Dracunculus medinensis or worms Guinea (Guinea worm) is a nematode that causes dracunculiasis, also known as guinea worm disease. This disease is caused by the guinea worm females in length can reach several meters, so that this worm is one of the longest nematodes infecting humans. On the contrary, the male guinea worm from only a few centimeters in length.
Guinea worm was initially small, very small. Early life started out as microscopic larvae that are small enough so that it will fit inside the body lice plain water. Water fleas like to hang out in a pond of stagnant (no flow).
When this water mite ingested by humans, any water fleas die because weren't quite equipped to survive in the harsh environment of the human stomach, leaving the larvae of the guinea worm larvae-which then penetrate the intestinal wall of the stomach or its host, and then enter into the abdominal cavity and retroperitoneal spaces. Once adult, which lasted about three months, mating occurs; the male worm dies after mating and absorbed, but the female worms alive is getting longer and longer.
About a year after the female guinea worm infection, no longer a microscopic, but size is 2-3 meters. The female worms that have been fertilized and then migrate to parts of the human foot and began to make their way to the surface of the skin to break out. The worm makes its way to the surface of the skin and makes the skin blisters, which causes a sense of burning. The worms do it deliberately, knowing that the feeling of burning makes people go into the water to relieve the sense of heat.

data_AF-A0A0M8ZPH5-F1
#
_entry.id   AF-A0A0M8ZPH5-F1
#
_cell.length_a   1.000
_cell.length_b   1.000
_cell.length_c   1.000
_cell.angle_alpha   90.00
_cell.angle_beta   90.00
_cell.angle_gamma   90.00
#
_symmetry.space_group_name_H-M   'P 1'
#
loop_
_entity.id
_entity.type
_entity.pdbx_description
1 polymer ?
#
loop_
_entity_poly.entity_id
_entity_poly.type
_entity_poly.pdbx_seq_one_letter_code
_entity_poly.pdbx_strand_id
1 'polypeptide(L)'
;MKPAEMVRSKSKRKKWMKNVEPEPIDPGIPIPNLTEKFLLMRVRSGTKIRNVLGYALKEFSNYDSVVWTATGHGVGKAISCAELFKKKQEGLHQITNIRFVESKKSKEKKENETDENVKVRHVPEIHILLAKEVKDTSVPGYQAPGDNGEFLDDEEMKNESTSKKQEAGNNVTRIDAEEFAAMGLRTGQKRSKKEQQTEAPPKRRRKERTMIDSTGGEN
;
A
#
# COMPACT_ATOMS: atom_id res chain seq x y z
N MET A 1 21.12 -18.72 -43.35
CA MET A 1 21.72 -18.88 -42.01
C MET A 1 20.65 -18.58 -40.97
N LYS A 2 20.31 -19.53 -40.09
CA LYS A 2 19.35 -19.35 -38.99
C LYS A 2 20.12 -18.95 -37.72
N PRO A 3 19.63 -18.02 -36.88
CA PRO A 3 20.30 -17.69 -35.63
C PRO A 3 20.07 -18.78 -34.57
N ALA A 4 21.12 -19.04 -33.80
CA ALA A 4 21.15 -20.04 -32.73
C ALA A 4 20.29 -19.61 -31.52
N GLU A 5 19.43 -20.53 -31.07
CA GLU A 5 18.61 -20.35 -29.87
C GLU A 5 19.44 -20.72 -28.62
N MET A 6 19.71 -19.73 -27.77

This is what the worms would like. It issued its head stretched out of the blisters, and releasing foul liquids, such as milk into water, containing hundreds of thousands more larvae. They are soon eaten by water fleas and this cycle over and over again ....
Humans infected with this worm when they drink water containing water fleas infected with the larvae of the guinea worm. Initially there are no symptoms of any kind.About a year later, the new guys feel a painful burning feeling while the female worm form blisters on the skin, usually in the lower extremities (legs). The worm then comes out of the skin for several weeks. During this time, the person may be difficult to walk or work. But this is a very rare disease that until the cause of death.
In 1986, there were an estimated 3.5 million cases of Guinea worm endemic in 20 countries in Asia and Africa. Ghana alone reportedly there 180,000 cases in 1989. The number of cases since then has been reduced more than 99.99% to 148 cases in 2013 – in the four remaining endemic countries of Africa: South Sudan, Chad, Mali and Ethiopia. This is the lowest number of Dracunculiasis eradication campaign since the beginning in the 1980s.